Of course, Greg the California Authority things this is a huge waste of wood and just get it in there, get it hot and get going! There was a lot of debating, but Julie got her way and subsequently spent the remainder of the afternoon hauling a faded Red Flyer wagon up and down the hill until she appeared at dinner, sweating and declaring it ready.
“Joy, are you gonna sauna?”
“No, okay, I will.” Nothing gets my sister going more than me skipping the occasional steam. Personally, I don’t much enjoy being sweaty and stinking, while knowing that I won’t have a shower for another good week. Plus, I may be over 30, but that doesn’t mean that I don’t enjoy needling the baby sis every once in a while.
Before the big steam we finally grilled up the venison that had been marinating in fresh rosemary, oregano, Worchestshire sauce, tarragon red wine vinegar and tons of fresh ground pepper.
Bloody wonderful. We did a big steak for the faint at heart as well.
Then we all donned our suits and shuffled down to the sauna. There’s a hilarious picture of me sporting a giant American flag beach towel, but I’m sure as hell not posting it here. Trust me, though, it was the size of a comforter and swathed around me, beet-colored moon face and look of annoyance. It’s a wonder no one jumped to their feet and started singing the minute I walked into the room.
We sweated our asses off – my cousin Marilyn’s husband Dave just dousing the rocks and stove with water. The steam smacked us in the face time and time again, no one wanting to be the first to go. I’m not a big sweat-er, but rivulets drained into my eyes and dropped the the sappy wood below me. Finally, someone called uncle and we all raced out in the early autumnal evening, steaming and shrieking. I dodged my slow mother and raced into the frigid water and swimming a couple of breast strokes before breaking the surface of the water and howling.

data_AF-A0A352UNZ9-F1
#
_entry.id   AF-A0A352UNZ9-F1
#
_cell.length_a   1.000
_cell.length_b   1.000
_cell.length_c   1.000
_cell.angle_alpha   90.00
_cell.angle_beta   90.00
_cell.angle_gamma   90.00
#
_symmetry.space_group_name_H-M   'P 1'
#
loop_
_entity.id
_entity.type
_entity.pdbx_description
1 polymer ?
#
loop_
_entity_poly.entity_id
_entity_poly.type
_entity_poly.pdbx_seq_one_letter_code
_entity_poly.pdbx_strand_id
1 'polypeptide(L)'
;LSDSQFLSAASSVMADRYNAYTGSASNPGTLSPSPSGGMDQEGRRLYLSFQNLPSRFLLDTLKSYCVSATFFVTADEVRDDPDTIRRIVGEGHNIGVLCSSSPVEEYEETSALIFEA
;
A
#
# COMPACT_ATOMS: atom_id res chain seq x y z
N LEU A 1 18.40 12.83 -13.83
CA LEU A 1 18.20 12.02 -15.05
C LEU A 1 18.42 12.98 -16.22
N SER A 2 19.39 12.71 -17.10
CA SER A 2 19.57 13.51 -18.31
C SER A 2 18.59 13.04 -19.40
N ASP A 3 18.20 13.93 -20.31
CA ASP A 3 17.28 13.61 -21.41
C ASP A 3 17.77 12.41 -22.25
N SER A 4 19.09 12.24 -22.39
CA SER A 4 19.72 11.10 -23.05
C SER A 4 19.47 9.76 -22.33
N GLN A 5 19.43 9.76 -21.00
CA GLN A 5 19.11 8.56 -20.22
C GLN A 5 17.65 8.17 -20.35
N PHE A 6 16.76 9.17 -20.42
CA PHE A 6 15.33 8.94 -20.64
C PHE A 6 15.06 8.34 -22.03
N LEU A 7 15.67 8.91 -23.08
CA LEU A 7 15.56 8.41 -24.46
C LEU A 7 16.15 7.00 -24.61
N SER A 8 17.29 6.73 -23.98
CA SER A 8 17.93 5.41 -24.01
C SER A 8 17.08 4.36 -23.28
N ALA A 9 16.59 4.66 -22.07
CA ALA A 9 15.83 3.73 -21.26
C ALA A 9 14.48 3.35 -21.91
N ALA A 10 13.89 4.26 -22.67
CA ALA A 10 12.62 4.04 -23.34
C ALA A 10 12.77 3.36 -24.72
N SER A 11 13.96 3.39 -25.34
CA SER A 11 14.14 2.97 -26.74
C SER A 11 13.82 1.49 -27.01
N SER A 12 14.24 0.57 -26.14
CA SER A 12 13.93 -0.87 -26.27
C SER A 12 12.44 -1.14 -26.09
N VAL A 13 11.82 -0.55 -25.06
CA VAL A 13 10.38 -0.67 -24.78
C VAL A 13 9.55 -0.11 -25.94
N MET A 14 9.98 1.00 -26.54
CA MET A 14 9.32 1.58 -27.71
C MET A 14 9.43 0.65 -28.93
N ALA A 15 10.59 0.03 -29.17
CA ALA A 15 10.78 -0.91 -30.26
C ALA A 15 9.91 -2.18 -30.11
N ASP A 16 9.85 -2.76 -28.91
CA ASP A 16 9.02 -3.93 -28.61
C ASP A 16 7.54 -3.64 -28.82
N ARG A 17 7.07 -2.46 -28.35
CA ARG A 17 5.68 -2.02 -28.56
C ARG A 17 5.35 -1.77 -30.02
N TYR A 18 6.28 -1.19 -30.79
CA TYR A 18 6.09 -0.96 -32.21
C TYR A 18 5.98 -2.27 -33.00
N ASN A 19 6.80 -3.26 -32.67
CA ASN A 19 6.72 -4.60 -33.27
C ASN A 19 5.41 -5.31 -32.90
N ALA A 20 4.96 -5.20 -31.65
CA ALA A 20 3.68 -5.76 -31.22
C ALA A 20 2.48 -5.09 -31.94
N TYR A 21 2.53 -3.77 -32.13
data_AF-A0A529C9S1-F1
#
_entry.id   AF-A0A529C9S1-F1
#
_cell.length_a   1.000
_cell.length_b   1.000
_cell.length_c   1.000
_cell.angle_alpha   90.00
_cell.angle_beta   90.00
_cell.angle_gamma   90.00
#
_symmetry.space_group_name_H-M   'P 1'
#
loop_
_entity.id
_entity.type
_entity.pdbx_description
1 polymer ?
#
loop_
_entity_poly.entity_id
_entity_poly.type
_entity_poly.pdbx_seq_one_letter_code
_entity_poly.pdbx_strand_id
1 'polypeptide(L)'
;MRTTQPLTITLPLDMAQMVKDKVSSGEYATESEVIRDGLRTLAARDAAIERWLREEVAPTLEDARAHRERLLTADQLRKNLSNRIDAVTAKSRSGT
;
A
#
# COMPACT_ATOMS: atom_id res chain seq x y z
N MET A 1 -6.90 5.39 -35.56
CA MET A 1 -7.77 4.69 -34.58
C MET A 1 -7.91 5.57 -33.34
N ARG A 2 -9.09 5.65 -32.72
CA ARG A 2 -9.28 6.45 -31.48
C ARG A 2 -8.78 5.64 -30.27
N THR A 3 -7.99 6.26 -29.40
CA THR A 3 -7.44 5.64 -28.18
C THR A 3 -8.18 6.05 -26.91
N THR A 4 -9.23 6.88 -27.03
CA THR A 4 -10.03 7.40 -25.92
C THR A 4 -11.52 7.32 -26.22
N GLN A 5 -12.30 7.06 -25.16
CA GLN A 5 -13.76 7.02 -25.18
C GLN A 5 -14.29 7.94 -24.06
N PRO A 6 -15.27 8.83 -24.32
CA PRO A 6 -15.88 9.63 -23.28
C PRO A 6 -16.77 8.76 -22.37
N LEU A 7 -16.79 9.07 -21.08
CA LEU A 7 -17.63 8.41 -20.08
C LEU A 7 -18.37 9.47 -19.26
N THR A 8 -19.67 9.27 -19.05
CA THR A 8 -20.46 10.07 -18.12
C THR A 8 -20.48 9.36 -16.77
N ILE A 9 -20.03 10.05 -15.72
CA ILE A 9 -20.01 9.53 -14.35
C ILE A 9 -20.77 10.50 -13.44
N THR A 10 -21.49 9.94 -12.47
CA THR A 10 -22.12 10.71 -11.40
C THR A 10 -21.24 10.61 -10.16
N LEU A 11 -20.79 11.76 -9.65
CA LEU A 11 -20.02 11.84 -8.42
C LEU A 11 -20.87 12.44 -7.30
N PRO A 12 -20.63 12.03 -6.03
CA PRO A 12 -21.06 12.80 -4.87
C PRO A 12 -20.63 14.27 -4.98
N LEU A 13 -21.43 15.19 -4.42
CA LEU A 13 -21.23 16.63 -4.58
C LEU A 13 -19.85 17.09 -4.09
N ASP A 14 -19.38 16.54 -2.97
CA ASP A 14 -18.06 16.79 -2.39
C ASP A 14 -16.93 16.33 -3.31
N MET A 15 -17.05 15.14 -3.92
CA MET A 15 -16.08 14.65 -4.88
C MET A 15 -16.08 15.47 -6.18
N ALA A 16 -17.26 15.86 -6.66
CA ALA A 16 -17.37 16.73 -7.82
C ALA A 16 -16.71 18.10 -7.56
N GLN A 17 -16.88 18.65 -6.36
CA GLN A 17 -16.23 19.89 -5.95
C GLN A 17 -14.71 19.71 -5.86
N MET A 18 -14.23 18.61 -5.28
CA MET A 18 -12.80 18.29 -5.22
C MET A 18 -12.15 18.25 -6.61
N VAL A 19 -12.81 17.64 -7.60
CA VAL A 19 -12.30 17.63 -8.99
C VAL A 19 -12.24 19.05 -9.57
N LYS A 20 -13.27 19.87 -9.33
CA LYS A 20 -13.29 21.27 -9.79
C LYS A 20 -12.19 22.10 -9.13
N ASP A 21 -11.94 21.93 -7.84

The big moon was covered by clouds, but usually, this is the best place to see the stars. It’s like you can reach out and yank off Orion’s belt for your own accessory. You just don’t get stars like these in the city. I was momentarily nostalgic for my own childhood of growing up on the shores of my own large lake, until the water shocked me back into the present and sent me careening towards the sauna for one more steam.
In the morning, my skin felt heavenly and I’d slept even harder than the night before. (Although, again, there was the six am hop/dash up to the main cabin.)
The next day was colder than the first and I think it was that which drove the California cousins home, airline tickets be damned. It was hard to say goodbye because I hadn’t seen them in years. This summer we lost our grandma and not long before that, they’d lost their mother (my Aunt Peggy) their larger than life father (one of the great personalities ever to roam the earth – my Uncle George), and before that my dad. We were all keenly aware in the holes that stretch through the wearing fabric of our lives. We’re thankful to have the opportunity to knit together our bonds. It’s easier to remember that we’re all family and in this together when we’ve got this quiet time in the wilds of Northern Minnesota, the wall of old photographs smiling down at us.
Oh, and of course, there is cooking
I think if you look closely into those coals, you’ll see my Grandpa Dunk’s face, smiling up at the two of us in the sacred family space he left us, doing what he enjoyed best. Eating, drinking, laughing and loving.